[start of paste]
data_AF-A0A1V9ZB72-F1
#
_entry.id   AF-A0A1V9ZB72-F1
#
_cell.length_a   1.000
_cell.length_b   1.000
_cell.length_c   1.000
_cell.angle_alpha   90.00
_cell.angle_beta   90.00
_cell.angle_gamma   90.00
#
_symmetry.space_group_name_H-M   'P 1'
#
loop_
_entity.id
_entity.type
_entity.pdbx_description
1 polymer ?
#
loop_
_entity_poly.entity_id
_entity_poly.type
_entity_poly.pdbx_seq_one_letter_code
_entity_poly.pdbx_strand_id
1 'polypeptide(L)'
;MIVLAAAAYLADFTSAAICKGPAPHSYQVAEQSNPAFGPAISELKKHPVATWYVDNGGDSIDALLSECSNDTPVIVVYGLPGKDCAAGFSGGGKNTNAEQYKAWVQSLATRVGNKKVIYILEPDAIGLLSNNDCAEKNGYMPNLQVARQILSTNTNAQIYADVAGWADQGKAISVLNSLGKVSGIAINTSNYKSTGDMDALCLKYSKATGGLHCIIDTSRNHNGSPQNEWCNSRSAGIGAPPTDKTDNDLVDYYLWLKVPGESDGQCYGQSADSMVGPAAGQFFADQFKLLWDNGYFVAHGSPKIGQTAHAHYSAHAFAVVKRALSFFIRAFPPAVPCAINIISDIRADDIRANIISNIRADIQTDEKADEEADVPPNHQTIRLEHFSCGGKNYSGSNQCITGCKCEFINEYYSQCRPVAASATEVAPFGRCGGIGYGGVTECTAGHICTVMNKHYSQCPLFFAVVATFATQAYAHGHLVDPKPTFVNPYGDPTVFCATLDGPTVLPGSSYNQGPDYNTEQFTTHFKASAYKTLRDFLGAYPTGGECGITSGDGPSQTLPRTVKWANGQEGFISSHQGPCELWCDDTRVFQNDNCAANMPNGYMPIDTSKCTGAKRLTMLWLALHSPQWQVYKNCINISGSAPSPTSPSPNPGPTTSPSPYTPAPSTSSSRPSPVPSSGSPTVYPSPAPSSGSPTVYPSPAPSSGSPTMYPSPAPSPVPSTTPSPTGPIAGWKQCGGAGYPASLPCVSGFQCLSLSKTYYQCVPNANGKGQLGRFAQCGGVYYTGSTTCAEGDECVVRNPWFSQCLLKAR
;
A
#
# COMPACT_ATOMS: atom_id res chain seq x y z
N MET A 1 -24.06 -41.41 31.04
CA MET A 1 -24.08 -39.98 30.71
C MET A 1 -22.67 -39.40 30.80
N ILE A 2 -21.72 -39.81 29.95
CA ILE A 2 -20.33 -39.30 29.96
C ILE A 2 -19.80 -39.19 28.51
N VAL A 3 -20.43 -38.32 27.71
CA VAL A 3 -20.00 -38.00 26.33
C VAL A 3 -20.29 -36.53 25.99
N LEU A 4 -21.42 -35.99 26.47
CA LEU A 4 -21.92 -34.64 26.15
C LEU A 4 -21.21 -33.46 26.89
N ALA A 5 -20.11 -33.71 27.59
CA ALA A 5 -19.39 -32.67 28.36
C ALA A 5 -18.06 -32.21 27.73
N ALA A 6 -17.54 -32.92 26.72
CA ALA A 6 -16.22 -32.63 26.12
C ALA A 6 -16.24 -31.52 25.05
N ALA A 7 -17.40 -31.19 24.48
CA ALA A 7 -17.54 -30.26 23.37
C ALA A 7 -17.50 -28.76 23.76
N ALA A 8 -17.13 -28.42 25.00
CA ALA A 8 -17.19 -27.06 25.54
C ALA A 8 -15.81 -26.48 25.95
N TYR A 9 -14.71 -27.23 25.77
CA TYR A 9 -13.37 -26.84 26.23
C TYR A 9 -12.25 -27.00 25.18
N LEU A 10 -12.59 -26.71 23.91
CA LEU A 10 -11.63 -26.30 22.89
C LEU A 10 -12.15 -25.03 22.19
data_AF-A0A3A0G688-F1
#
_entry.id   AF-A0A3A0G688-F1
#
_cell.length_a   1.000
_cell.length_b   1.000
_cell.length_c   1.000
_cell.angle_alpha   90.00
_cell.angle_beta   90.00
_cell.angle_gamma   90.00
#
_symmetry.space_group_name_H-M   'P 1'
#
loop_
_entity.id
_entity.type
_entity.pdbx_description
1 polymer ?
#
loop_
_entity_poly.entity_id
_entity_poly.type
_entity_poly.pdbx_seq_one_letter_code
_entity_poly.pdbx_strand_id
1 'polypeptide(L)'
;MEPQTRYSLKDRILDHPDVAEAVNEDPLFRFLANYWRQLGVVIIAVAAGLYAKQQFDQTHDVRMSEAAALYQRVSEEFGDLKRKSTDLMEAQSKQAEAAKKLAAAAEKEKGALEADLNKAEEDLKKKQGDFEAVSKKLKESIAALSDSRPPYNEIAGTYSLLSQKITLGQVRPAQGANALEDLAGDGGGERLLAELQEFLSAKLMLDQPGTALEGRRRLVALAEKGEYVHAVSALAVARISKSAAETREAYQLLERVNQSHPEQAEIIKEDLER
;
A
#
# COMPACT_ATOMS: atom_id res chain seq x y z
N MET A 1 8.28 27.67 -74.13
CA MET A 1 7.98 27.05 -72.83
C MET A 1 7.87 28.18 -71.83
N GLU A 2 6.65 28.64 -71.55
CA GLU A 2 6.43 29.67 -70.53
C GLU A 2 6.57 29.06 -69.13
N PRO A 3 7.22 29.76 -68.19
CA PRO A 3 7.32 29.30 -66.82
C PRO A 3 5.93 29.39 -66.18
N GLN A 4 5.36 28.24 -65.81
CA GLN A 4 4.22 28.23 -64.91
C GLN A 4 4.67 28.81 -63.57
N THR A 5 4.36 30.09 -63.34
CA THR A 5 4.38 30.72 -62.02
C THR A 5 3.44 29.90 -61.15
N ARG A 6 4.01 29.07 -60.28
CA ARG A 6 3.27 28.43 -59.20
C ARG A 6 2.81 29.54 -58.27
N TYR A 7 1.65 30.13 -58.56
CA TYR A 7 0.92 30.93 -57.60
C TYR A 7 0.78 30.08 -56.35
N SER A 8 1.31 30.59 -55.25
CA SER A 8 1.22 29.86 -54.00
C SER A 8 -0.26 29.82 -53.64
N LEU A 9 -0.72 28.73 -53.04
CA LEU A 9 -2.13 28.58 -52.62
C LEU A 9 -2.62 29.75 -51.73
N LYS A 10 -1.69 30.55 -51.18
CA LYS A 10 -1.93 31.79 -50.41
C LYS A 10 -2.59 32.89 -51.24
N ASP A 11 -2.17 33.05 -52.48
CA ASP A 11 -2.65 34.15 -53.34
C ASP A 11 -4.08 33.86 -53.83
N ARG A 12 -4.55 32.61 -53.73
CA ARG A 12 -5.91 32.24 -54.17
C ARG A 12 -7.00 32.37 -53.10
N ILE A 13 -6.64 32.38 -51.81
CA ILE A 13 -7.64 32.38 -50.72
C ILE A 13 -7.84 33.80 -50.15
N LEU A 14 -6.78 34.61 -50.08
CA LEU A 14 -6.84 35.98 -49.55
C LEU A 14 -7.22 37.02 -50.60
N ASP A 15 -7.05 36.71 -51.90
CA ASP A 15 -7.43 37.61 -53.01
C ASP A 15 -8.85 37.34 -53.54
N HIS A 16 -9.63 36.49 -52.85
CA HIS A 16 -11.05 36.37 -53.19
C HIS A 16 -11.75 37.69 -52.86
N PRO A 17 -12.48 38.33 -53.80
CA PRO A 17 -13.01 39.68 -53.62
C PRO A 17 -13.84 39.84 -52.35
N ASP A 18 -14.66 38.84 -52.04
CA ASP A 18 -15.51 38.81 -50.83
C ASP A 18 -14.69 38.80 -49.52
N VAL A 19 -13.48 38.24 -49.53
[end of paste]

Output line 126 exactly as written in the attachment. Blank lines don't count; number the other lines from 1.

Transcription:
C ARG A 12 -7.00 32.37 -53.10